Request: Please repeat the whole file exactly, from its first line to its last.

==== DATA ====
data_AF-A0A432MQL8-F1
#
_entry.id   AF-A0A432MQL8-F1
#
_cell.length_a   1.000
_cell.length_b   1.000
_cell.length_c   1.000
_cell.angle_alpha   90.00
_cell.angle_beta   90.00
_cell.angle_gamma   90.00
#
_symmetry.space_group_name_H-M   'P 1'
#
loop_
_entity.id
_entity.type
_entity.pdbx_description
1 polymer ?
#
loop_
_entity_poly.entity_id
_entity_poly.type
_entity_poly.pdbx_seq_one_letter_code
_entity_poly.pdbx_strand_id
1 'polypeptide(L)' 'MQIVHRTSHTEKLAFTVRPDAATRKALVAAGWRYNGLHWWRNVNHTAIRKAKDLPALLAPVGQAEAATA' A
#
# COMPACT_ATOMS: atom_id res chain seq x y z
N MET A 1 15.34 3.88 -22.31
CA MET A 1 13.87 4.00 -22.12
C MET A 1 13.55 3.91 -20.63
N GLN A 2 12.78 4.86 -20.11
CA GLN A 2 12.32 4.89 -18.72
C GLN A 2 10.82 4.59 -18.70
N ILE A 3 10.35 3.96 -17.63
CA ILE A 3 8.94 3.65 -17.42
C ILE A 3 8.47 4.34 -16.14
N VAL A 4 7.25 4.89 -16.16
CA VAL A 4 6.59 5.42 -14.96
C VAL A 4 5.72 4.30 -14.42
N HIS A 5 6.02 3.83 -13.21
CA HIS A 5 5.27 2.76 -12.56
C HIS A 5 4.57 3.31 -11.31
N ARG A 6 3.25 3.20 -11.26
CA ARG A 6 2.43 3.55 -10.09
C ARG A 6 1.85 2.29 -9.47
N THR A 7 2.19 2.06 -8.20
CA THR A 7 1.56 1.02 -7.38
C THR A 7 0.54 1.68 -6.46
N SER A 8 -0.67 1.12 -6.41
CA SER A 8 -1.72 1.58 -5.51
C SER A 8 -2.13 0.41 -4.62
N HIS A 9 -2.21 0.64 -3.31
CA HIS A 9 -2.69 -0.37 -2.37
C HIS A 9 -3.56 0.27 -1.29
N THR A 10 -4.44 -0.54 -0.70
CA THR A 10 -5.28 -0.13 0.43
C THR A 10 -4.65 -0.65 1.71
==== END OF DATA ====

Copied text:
data_AF-A0A432MQL8-F1
#
_entry.id   AF-A0A432MQL8-F1
#
_cell.length_a   1.000
_cell.length_b   1.000
_cell.length_c   1.000
_cell.angle_alpha   90.00
_cell.angle_beta   90.00
_cell.angle_gamma   90.00
#
_symmetry.space_group_name_H-M   'P 1'
#
loop_
_entity.id
_entity.type
_entity.pdbx_description
1 polymer ?
#
loop_
_entity_poly.entity_id
_entity_poly.type
_entity_poly.pdbx_seq_one_letter_code
_entity_poly.pdbx_strand_id
1 'polypeptide(L)' 'MQIVHRTSHTEKLAFTVRPDAATRKALVAAGWRYNGLHWWRNVNHTAIRKAKDLPALLAPVGQAEAATA' A
#
# COMPACT_ATOMS: atom_id res chain seq x y z
N MET A 1 15.34 3.88 -22.31
CA MET A 1 13.87 4.00 -22.12
C MET A 1 13.55 3.91 -20.63
N GLN A 2 12.78 4.86 -20.11
CA GLN A 2 12.32 4.89 -18.72
C GLN A 2 10.82 4.59 -18.70
N ILE A 3 10.35 3.96 -17.63
CA ILE A 3 8.94 3.65 -17.42
C ILE A 3 8.47 4.34 -16.14
N VAL A 4 7.25 4.89 -16.16
CA VAL A 4 6.59 5.42 -14.96
C VAL A 4 5.72 4.30 -14.42
N HIS A 5 6.02 3.83 -13.21
CA HIS A 5 5.27 2.76 -12.56
C HIS A 5 4.57 3.31 -11.31
N ARG A 6 3.25 3.20 -11.26
CA ARG A 6 2.43 3.55 -10.09
C ARG A 6 1.85 2.29 -9.47
N THR A 7 2.19 2.06 -8.20
CA THR A 7 1.56 1.02 -7.38
C THR A 7 0.54 1.68 -6.46
N SER A 8 -0.67 1.12 -6.41
CA SER A 8 -1.72 1.58 -5.51
C SER A 8 -2.13 0.41 -4.62
N HIS A 9 -2.21 0.64 -3.31
CA HIS A 9 -2.69 -0.37 -2.37
C HIS A 9 -3.56 0.27 -1.29
N THR A 10 -4.44 -0.54 -0.70
CA THR A 10 -5.28 -0.13 0.43
C THR A 10 -4.65 -0.65 1.71